Determining the location of the customer
VAT 2015 Newsletter #3 - 19 August 2013
Changes to the VAT rules – Telecommunications, Broadcasting and Electronic Services
With effect from 1 January 2015, telecommunications, broadcasting and electronic services supplied to private consumers (private individuals / non-taxable persons) in the EU will be taxable in the Member State of the customer.
Cross-border service providers will have to identify where their customers are located and charge VAT accordingly.
The rules will provide that the place of supply of the relevant services will be where the customer is established, has his permanent address or usually resides. One of the challenges will be the implementation of measures which can properly identify the location of customers, in line with the requirements of the legislation, with the aim of ensuring taxation at the actual place of consumption.
The EU Commission’s proposed amendments to the VAT Implementing Regulation provides some guidance towards determining the location of a customer.
The general principles
The rules set out the following location points: the place of establishment (in the case of non-taxable legal persons) and permanent address and usual residence (in the case of natural persons). Where an individual’s permanent address is different to his usual residence, the proposed guidance suggests that priority is to be given to the place of usual residence unless it can be proven that the service is consumed at the location of the permanent address.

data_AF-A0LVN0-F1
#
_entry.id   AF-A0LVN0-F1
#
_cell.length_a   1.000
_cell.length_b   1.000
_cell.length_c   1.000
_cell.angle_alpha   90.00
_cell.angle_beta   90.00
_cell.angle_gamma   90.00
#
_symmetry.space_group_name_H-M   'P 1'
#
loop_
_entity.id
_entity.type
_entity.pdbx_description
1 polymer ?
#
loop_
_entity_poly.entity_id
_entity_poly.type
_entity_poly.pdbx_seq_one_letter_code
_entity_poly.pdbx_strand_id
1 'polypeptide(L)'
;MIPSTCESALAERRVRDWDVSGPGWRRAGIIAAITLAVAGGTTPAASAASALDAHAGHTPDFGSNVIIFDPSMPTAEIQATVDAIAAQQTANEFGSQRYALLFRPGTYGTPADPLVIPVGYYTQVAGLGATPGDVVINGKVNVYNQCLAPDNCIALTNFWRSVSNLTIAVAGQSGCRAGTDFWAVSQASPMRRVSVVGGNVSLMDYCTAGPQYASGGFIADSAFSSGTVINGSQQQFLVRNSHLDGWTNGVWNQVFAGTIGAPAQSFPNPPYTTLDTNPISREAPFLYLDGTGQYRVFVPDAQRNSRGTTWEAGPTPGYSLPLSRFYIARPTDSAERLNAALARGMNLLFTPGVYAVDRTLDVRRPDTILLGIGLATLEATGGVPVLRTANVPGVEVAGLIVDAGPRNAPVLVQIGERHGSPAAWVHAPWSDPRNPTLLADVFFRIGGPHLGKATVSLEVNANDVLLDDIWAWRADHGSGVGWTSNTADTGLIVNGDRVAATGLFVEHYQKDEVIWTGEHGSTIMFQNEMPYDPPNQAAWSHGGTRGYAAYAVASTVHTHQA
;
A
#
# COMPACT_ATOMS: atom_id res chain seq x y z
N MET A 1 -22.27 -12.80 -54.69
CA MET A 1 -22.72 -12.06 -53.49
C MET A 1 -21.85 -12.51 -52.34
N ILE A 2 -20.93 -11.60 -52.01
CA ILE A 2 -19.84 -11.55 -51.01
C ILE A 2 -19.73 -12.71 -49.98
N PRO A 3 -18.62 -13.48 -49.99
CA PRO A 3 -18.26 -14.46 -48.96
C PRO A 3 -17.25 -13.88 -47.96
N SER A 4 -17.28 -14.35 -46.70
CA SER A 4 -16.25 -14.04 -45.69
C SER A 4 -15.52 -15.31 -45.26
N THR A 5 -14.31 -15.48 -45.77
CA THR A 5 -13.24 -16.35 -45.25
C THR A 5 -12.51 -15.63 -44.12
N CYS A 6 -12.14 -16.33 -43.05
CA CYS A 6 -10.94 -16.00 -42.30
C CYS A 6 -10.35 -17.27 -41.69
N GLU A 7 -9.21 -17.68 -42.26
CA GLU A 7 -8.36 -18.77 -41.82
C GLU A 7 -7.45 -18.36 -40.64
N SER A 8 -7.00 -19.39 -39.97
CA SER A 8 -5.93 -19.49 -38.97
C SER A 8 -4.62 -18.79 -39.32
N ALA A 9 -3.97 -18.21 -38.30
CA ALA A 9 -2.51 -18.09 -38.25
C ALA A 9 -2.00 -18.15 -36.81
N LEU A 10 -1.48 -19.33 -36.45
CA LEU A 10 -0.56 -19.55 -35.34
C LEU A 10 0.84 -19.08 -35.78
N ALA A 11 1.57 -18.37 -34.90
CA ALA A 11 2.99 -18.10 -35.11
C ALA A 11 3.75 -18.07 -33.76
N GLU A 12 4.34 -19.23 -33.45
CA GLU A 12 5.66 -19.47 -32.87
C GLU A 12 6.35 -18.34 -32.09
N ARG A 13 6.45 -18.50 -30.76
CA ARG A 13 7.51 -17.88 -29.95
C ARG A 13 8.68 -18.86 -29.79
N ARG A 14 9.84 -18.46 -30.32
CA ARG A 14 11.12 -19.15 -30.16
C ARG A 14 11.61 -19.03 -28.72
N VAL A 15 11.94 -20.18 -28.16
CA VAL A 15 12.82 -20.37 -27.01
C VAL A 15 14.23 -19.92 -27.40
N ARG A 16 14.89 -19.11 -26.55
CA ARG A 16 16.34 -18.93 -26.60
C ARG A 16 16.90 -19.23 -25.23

Evidence of location
The proposed Commission guidance provides a non-exhaustive list of details which will be considered acceptable in determining where a customer belongs, including, a billing address, bank details and an IP address. Two pieces of non-contradictory evidence will be required.
Specific Scenarios: presumptions
The proposed Commission guidance sets out presumptions which apply in specific scenarios and are intended to provide practical assistance and guidance to operators in the process of identifying where the service is considered to be supplied, particularly in cases where a customer’s address/place of residence cannot be identified (e.g. telecom services in a phone booth; internet access through a WiFi hotspot). For example, the proposed presumption is that in the case of telecoms, broadcasting and e-services services supplied at certain locations such as a booth, restaurant, hotel lobby, etc., the customer will be considered to have his permanent address/place of usual residence at that specific location and the service is used and enjoyed there.
Certain presumptions as to customer location may be rebutted on the basis of evidence to the contrary.